“We are in a competition to win the 21st century,” President Joe Biden said this week after Senate passage of the U.S. Innovation and Competition Act. “The starting gun has gone off.”
The president’s comments followed a rare showing of bipartisan consensus as senators voted 68-32 Tuesday to approve a sweeping effort to fortify America’s ability to compete with China’s economic and political ambitions. U.S. Sens. Martin Heinrich and Ben Ray Luján, both D-N.M., voted for the act.
The legislation calls for investing billions in U.S. scientific research and manufacturing across industries including artificial intelligence and robotics. A key provision earmarks $52 billion for encouraging more semiconductor production in the United States as American production has fallen to 12% of global capacity, leading to critical supply chain shortages that have slowed production of items from cars to laptops.
“The legislation will not only boost investment in manufacturing capacity here at home but foster an innovation ecosystem and protect a critical supply chain,” Al Thompson, vice president of U.S. government relations for Intel Corp., said in the Wall Street Journal. Intel recently announced a $3.5 billion planned expansion at its Rio Rancho plant.
The legislation calls for a $250 billion investment over five years, including $10 billion for the Commerce Department to designate regional technology hubs for research, development and manufacturing of key technologies.
“Whoever wins the race to the technologies of the future is going to be the global economic leader, with profound consequences for foreign policy and national security as well,” said Senate Majority Leader Chuck Schumer of New York, who pushed hard for the legislation. Senate Minority Leader Mitch McConnell backed the bill, though he wanted more Republican-sponsored amendments. “Final passage of this legislation cannot be the Senate’s final word on our competition with China,” he said. “It certainly won’t be mine.”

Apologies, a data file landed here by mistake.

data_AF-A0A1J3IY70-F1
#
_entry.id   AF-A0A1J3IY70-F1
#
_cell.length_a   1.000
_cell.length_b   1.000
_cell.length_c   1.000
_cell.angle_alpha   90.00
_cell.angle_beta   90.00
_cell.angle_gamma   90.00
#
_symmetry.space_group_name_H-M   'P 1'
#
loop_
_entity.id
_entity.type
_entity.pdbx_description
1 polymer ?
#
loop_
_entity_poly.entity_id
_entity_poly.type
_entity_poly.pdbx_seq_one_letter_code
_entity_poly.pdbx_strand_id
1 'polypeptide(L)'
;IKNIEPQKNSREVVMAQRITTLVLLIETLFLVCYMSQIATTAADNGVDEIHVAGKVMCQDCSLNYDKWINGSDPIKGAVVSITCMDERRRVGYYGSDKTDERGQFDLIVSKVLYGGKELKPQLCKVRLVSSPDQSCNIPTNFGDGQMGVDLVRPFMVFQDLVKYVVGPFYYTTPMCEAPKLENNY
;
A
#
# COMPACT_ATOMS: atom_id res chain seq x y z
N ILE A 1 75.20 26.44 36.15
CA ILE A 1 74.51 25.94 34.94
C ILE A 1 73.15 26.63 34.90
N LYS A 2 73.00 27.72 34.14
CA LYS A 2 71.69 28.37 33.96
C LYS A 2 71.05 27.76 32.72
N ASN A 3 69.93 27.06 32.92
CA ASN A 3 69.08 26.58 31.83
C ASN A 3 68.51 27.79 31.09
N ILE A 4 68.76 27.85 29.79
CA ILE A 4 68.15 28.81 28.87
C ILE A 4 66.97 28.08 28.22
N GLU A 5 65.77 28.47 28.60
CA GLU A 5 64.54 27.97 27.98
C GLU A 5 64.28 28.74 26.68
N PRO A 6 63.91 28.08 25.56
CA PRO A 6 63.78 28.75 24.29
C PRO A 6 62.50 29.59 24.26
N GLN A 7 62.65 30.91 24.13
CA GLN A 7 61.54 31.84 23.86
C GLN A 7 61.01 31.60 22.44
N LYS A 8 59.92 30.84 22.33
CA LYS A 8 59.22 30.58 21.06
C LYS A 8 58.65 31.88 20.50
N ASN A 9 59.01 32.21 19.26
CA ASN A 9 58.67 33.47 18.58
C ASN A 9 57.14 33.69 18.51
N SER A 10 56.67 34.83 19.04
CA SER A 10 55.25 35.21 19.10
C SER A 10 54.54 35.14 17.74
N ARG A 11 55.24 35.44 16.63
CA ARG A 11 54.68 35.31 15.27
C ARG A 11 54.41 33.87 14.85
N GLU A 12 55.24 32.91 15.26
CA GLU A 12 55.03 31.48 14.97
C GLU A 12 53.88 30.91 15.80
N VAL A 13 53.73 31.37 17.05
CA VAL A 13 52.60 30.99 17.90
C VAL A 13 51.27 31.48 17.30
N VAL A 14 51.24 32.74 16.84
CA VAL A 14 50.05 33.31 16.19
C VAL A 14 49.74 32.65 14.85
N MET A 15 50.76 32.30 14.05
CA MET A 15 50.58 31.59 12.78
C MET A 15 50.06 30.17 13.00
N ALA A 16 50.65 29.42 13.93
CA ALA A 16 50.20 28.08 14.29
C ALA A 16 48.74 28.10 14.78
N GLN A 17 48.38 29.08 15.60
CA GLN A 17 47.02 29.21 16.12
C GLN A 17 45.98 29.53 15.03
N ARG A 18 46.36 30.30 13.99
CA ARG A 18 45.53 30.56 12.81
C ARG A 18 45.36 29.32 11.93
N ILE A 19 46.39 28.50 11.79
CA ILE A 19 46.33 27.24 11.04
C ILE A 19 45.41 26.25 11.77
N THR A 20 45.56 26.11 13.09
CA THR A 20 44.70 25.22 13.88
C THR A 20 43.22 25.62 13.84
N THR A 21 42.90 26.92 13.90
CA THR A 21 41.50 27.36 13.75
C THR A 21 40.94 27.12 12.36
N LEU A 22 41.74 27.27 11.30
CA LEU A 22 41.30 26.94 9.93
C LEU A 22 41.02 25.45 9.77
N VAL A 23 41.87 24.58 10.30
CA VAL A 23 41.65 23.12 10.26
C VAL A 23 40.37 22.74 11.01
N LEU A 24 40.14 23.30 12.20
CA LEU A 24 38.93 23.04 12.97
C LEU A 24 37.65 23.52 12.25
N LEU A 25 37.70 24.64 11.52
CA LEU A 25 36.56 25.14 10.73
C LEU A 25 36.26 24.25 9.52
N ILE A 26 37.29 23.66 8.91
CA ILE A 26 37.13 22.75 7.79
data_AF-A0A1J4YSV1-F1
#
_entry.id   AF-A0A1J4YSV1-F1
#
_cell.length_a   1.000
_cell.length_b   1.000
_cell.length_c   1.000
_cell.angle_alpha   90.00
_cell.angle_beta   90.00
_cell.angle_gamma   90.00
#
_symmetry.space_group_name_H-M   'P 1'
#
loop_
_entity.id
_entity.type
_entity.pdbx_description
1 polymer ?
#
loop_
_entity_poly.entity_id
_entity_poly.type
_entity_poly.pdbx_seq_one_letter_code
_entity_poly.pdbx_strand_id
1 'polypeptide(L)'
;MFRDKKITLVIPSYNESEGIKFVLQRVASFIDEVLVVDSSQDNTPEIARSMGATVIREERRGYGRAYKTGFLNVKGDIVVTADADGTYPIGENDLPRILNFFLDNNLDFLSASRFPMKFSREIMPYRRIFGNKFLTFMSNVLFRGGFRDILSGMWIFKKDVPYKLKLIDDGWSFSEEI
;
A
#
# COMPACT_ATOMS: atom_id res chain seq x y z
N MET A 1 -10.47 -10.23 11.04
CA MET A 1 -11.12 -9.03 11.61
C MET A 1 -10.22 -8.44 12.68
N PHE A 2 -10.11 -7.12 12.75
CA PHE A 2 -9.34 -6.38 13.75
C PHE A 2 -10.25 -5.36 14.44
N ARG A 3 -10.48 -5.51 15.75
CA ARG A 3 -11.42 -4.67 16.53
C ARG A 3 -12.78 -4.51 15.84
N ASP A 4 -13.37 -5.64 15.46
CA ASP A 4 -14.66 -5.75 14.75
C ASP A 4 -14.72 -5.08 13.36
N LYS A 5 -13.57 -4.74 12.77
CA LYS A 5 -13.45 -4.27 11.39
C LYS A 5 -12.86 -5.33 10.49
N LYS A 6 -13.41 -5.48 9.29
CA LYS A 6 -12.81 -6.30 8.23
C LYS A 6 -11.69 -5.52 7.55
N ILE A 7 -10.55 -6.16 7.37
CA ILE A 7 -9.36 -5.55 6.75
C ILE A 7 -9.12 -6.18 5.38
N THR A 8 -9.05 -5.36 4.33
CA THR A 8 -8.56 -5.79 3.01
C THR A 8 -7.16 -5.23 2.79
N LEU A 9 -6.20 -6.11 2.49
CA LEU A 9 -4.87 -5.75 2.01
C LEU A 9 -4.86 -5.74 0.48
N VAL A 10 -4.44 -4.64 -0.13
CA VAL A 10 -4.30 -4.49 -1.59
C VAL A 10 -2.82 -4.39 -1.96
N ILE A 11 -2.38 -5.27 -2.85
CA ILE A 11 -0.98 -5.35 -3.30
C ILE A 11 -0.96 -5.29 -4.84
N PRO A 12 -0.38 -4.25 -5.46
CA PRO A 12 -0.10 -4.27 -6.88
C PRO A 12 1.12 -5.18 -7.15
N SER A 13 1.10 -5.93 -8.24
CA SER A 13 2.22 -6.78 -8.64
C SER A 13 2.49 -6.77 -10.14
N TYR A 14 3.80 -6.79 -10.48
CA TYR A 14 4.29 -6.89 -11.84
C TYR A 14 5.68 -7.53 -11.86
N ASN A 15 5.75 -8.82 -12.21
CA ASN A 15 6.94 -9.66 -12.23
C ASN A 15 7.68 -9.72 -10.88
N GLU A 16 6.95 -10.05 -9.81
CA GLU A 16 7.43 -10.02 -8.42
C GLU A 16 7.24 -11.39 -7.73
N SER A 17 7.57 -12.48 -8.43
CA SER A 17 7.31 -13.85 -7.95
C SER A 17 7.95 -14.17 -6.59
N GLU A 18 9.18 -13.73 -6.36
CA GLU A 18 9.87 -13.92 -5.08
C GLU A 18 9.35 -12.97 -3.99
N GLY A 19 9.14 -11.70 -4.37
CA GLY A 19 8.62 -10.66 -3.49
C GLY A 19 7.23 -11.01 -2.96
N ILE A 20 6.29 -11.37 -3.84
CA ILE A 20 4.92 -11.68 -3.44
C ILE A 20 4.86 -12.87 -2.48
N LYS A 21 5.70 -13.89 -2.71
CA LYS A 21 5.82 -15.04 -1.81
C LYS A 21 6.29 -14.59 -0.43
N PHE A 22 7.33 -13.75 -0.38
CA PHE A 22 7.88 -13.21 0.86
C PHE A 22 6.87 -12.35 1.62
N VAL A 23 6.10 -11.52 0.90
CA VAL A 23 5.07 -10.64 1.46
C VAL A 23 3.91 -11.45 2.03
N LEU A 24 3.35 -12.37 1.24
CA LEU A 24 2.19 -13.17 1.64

In addition to investment, the legislation has other China-related provisions, including prohibiting social media app TikTok from being downloaded on government devices and blocking the purchase of drones manufactured and sold by companies backed by the Chinese government. It allows more recognition of Taiwanese military and diplomats visiting here – another message directed at Beijing – and creates broad mandatory sanctions on Chinese entities engaged in U.S. cyberattacks or theft of U.S. intellectual property.
Federal agencies would be prohibited from hosting certain Chinese visitors, and agencies would have to take steps to ensure data such as biomedical research involving the human genome are safe from national security risks.
Schumer said the bill would “go down as one of the most important things this chamber has done in a very long time,” “a statement of faith in America’s ability to seize the opportunities of the 21st century.” Commerce Secretary Gina Raimondo applauded senators of both parties who came together “to get this done.” It’s not just about addressing the current semiconductor chip shortage, she said, but about long-term investments to “enhance our economic and national security.”
The measure now moves to the House, where it will be up to Speaker Nancy Pelosi to get her narrow majority on board – including Reps. Teresa Leger Fernández and Melanie Stansbury. And Republicans including Rep. Yvette Herrell should add their shoulders to the wheel. In this race for the future, we can’t afford to waste any time. Because China isn’t going to.
This editorial first appeared in the Albuquerque Journal. It was written by members of the editorial board and is unsigned as it represents the opinion of the newspaper rather than the writers.